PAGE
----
29 September, 20213 minute read

NFT art will lead to something bigger

NFTs (“non-fungible tokens”) are all the rage this year. In case you missed it, NFTs work the exact same way as cryptocurrency does—except instead of the blockchain storing the relationships between currency tokens and wallets, the blockchain is instead used to store and verify ownership of arbitrary blocks of data. This enables, for instance, an artist to digitally sign a copy of a piece of artwork they’ve created and then sell the “original” file to a buyer in a very similar fashion to traditional, physical art. While art is probably the most (in?)famous example of NFTs in use right now, they’re also being experimented with by the gaming industry (as a monetization model) and the events industry (to verify ownership of, say, backstage passes).

Frankly, the use of NFTs to sell digital art seems like a fad that will die out. Fundamentally, ownership of digital media isn’t a real thing—because digital media is fundamentally fungible. If an artist creates an NFT of their artwork and sells it for a million dollars, there’s absolutely nothing preventing them from minting another one hundred NFTs of the same artwork and selling them which would destroy the value of the original NFT. Doing such a thing with physical media is impossible, because while there are indeed photographs, imitations, and scans of the Mona Lisa available, there’s only one version of the Mona Lisa that was painted by Da Vinci and even if there were other ones available each one would be subtly different. Until 3D printing gets massively better than it currently is, that’s not going to change.

Furthermore, I’m not convinced that people even believe in the concept of owning digital media. Have you ever tabbed out to your desktop and felt happy that you “own” your wallpaper image? When you download a video off the Internet do you think to yourself how glad you are that you now “own” that video? Have you ever worried about whether you truly own your operating system—as in, your particular copy of that operating system? Do you know anybody who has? Maybe I lack imagination, but I honestly can’t see this changing.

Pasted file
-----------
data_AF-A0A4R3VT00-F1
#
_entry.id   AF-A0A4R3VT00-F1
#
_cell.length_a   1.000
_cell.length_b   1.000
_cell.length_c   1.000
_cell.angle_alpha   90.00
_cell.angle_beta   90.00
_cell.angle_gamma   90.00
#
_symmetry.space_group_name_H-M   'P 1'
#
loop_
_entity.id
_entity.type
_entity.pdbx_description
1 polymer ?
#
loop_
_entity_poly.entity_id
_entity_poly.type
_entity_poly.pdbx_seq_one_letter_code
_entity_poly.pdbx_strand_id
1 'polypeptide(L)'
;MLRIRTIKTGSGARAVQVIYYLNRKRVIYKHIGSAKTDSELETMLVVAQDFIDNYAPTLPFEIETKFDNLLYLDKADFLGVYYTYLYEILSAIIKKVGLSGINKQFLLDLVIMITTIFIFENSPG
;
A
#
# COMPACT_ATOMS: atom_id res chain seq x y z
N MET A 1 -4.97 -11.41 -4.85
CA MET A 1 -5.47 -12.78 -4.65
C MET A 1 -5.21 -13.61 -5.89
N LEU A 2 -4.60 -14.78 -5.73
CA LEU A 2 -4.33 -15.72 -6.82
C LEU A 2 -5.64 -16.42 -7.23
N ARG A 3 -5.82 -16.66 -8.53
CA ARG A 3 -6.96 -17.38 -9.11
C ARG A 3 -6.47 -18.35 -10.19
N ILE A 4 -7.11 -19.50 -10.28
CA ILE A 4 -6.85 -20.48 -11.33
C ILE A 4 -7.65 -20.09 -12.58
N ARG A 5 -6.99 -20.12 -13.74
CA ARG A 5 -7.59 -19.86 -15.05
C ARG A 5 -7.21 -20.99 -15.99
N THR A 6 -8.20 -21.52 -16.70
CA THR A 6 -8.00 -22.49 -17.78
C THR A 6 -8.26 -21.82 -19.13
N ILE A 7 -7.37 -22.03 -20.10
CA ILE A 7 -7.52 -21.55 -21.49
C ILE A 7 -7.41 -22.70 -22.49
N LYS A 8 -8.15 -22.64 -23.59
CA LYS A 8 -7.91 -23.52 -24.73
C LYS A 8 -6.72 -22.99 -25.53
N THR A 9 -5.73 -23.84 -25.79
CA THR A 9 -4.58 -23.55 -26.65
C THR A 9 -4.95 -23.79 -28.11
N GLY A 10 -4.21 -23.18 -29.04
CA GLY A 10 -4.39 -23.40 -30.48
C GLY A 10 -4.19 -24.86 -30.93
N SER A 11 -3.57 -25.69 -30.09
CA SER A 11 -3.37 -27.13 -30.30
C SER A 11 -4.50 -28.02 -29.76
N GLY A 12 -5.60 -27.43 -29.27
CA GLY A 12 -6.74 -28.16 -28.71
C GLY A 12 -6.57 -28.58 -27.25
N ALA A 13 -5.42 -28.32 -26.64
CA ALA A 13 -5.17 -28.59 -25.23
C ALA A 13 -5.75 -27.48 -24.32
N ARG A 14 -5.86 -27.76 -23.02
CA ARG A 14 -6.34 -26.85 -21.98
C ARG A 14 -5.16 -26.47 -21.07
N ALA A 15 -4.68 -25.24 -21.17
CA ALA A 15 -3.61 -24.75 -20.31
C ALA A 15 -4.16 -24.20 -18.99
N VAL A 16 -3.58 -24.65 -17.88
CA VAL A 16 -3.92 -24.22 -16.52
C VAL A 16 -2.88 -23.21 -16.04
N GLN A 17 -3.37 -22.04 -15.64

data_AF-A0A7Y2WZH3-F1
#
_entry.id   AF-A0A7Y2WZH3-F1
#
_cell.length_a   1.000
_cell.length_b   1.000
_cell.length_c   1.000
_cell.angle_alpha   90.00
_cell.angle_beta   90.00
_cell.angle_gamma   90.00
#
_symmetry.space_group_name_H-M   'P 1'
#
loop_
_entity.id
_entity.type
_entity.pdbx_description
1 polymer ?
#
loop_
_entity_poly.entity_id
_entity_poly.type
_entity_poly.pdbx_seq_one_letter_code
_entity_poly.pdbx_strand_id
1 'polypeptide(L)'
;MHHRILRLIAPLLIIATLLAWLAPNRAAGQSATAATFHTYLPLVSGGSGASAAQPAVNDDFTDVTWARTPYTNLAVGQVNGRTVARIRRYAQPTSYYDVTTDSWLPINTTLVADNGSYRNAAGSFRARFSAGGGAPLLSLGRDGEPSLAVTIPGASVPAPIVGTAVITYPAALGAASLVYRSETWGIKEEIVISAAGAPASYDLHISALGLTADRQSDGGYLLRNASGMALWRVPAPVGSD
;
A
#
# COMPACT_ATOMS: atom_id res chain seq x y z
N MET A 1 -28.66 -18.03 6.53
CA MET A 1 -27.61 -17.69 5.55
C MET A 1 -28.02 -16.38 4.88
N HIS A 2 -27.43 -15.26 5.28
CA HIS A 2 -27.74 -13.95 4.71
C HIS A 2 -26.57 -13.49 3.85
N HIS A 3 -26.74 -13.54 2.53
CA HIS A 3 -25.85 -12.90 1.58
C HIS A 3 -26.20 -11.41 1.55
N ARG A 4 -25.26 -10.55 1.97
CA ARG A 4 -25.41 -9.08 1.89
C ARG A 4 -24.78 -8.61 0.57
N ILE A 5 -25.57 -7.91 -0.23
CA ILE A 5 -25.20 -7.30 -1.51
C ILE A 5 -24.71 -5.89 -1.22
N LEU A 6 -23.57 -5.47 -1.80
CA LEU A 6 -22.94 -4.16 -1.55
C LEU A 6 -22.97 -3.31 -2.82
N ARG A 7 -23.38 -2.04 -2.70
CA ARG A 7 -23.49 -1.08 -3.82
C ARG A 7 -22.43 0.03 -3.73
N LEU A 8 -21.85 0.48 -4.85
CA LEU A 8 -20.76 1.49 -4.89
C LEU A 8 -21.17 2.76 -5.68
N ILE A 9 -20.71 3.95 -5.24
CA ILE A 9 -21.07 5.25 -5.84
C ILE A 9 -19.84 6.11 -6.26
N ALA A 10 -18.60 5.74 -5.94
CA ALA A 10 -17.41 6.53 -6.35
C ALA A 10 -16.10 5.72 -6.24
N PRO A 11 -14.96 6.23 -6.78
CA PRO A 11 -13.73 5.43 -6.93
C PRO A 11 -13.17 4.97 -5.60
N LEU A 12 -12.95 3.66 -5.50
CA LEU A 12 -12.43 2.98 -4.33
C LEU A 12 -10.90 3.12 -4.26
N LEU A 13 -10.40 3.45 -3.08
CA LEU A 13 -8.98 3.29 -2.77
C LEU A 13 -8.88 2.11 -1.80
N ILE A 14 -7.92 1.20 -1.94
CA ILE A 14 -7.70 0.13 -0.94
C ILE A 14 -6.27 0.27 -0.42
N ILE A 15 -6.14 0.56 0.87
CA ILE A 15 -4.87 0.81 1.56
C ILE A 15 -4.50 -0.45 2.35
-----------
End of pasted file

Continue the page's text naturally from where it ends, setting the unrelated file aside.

What NFT art has achieved, however, is to get attention. NFTs of cartoon apes selling for upwards of US$20m seems crazy, and people are clicking on those headlines and becoming acquainted with the technology. This, I think, is a good thing—because while a lot of people have restricted NFTs to art and pieces of digital media, they actually probably do work really well with assets that you actually do own. Way back when before everything became digitized, stock was issued via physical certificates which made transferring ownership of that stock trivial—all you had to do was find a buyer, and exchange the goods. These days it’s a lot more complicated as transferring stock from one brokerage to another is nowhere near as straightforward (if it’s even possible to do to begin with).

NFTs can solve this, as now your stock is just a bunch of crypto tokens you can move at will by leveraging the infrastructure of the blockchain. Video games are another great example—sure, you can buy digital games off of Steam, but you aren’t able to sell or loan those games to someone else like you used to be able to when you used to buy game disks. If you were able to instead purchase video games in NFT form, then all of a sudden you once again truly own your copy of that video game and can do whatever you want with it rather than being constrained by Steam.

It’s a mistake to get swept up by the NFT art hype; but it’s also a mistake to write off the technology entirely. I’m excited to see which industry gets disrupted first.

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